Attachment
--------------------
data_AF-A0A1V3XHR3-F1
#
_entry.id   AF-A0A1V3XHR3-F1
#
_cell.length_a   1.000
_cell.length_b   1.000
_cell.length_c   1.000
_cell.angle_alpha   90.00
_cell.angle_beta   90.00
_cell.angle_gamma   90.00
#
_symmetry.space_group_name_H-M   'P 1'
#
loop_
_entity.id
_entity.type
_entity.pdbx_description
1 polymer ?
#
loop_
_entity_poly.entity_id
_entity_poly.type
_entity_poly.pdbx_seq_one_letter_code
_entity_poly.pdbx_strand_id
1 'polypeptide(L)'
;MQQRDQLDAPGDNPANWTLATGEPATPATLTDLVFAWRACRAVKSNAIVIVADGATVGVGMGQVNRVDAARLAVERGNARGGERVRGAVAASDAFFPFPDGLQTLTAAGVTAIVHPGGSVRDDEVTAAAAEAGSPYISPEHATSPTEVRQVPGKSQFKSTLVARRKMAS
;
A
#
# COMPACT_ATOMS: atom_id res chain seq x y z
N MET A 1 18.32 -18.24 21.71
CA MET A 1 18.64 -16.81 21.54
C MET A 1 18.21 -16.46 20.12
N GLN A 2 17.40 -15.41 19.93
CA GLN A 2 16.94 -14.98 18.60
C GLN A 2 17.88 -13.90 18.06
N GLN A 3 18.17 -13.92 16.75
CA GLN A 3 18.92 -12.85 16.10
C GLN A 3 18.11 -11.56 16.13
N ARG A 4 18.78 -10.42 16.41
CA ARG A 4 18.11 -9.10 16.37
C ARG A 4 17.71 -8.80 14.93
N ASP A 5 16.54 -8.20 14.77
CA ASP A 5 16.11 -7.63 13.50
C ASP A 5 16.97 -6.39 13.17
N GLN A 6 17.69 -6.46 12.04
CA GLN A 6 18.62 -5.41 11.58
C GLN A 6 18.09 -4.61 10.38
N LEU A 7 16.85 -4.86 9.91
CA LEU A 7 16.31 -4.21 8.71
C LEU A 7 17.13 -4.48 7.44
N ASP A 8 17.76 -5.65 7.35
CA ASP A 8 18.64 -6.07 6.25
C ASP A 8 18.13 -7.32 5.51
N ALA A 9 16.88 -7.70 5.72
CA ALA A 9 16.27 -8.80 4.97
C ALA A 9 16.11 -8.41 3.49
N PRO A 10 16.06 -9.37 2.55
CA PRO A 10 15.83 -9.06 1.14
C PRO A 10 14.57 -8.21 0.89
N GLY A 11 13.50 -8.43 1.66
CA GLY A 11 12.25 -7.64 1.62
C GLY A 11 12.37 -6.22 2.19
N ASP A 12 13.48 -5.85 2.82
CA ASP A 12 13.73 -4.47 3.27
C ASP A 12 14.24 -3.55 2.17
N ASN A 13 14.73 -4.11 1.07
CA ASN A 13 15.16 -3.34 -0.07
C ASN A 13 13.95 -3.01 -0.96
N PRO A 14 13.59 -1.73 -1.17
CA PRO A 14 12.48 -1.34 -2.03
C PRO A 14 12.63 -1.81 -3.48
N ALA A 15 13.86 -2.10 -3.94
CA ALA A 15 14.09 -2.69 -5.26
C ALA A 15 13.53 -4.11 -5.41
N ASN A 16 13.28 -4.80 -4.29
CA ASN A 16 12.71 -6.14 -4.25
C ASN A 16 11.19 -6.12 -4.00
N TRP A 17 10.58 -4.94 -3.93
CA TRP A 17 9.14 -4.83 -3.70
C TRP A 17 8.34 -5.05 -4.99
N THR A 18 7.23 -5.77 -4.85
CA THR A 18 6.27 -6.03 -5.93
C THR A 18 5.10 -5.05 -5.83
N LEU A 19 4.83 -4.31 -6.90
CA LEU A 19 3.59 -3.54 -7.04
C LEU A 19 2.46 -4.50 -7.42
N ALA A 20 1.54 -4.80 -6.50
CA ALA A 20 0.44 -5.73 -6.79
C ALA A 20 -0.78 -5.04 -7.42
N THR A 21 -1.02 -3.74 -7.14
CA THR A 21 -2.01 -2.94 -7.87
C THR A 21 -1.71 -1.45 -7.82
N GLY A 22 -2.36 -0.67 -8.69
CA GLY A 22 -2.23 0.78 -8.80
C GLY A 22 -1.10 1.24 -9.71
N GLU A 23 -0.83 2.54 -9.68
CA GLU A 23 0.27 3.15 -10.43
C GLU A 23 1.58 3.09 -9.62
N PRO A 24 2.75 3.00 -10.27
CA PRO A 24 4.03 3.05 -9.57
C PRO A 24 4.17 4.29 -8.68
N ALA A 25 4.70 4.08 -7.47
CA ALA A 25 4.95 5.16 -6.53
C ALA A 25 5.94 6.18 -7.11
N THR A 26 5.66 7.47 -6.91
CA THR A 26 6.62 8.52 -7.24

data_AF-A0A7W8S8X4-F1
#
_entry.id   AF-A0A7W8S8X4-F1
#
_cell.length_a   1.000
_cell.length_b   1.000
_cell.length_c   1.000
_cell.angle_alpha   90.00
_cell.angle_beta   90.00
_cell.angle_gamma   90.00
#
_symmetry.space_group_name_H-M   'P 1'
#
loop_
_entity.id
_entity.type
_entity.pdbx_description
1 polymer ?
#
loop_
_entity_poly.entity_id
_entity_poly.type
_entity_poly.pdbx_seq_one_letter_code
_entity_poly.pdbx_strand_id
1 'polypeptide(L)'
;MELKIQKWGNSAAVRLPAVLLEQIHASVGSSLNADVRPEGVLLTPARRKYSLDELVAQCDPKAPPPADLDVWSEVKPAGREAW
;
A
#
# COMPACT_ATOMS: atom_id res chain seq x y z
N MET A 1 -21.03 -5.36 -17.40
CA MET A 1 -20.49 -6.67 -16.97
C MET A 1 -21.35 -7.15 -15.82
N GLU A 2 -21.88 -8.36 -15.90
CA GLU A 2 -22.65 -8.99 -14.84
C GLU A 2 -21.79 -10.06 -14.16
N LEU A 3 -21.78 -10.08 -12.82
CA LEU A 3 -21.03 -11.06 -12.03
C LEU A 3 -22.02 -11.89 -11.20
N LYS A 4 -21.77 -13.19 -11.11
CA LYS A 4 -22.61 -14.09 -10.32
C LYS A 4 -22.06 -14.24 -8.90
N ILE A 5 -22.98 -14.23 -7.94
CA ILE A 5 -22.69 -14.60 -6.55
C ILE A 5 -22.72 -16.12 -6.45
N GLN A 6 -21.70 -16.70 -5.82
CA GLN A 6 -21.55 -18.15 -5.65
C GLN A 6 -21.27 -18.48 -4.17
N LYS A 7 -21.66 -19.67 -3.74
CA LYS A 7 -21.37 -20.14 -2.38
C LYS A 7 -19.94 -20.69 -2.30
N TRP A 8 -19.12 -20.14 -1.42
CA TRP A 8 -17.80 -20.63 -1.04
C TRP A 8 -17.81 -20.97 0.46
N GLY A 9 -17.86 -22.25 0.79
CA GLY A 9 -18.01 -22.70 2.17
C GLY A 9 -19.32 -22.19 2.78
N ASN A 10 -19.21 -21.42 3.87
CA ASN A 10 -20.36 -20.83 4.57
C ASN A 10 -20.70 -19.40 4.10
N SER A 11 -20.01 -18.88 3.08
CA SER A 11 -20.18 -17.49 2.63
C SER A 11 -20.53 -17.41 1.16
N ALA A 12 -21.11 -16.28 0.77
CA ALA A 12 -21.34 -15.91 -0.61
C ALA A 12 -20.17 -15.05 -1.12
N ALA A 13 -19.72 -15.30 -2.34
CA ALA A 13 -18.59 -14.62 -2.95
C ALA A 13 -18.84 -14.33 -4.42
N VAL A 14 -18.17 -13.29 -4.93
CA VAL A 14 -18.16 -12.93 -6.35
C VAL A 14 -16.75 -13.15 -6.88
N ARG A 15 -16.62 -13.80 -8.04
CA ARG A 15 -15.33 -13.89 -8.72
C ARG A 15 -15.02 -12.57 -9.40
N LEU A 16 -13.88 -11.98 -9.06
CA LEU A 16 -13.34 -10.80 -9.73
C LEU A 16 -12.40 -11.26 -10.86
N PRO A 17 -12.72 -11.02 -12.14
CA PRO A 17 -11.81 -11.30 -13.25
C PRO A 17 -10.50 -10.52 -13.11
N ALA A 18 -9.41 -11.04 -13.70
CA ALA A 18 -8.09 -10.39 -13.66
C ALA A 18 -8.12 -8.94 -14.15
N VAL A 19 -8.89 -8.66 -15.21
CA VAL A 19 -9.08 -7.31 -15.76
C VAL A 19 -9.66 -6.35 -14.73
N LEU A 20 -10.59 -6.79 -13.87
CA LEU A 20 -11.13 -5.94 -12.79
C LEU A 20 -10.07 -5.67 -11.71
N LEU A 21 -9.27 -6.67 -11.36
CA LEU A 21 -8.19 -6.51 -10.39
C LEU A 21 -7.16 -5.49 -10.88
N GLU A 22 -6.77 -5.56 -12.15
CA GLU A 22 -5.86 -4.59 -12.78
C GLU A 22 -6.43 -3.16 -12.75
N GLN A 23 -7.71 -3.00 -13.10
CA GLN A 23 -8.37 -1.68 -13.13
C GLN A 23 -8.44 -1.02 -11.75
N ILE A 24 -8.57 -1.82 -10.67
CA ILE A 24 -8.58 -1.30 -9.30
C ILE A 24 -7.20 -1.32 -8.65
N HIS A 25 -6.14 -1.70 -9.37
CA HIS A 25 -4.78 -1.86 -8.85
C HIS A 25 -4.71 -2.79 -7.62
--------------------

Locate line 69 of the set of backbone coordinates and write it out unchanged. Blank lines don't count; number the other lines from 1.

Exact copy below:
C ASN A 13 13.95 -3.01 -0.96